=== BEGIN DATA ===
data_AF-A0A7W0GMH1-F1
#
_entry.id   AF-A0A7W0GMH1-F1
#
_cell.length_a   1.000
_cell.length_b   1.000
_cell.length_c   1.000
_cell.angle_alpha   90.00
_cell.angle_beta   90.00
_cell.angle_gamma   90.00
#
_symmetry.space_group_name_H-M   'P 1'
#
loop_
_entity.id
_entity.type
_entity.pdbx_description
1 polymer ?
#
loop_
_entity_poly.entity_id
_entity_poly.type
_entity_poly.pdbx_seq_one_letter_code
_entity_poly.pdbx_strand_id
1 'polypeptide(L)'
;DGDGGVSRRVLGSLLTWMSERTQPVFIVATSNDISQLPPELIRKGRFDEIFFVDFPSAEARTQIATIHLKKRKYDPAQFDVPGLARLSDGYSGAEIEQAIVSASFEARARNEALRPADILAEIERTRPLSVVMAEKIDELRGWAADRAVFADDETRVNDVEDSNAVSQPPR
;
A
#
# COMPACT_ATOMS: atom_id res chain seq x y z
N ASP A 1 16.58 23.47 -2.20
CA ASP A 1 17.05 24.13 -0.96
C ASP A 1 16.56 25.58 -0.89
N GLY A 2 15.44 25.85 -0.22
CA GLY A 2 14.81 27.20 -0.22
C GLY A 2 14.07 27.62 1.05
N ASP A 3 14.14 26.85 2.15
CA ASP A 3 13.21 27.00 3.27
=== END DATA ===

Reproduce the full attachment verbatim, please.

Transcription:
data_AF-A0A7W0GMH1-F1
#
_entry.id   AF-A0A7W0GMH1-F1
#
_cell.length_a   1.000
_cell.length_b   1.000
_cell.length_c   1.000
_cell.angle_alpha   90.00
_cell.angle_beta   90.00
_cell.angle_gamma   90.00
#
_symmetry.space_group_name_H-M   'P 1'
#
loop_
_entity.id
_entity.type
_entity.pdbx_description
1 polymer ?
#
loop_
_entity_poly.entity_id
_entity_poly.type
_entity_poly.pdbx_seq_one_letter_code
_entity_poly.pdbx_strand_id
1 'polypeptide(L)'
;DGDGGVSRRVLGSLLTWMSERTQPVFIVATSNDISQLPPELIRKGRFDEIFFVDFPSAEARTQIATIHLKKRKYDPAQFDVPGLARLSDGYSGAEIEQAIVSASFEARARNEALRPADILAEIERTRPLSVVMAEKIDELRGWAADRAVFADDETRVNDVEDSNAVSQPPR
;
A
#
# COMPACT_ATOMS: atom_id res chain seq x y z
N ASP A 1 16.58 23.47 -2.20
CA ASP A 1 17.05 24.13 -0.96
C ASP A 1 16.56 25.58 -0.89
N GLY A 2 15.44 25.85 -0.22
CA GLY A 2 14.81 27.20 -0.22
C GLY A 2 14.07 27.62 1.05
N ASP A 3 14.14 26.85 2.15
CA ASP A 3 13.21 27.00 3.27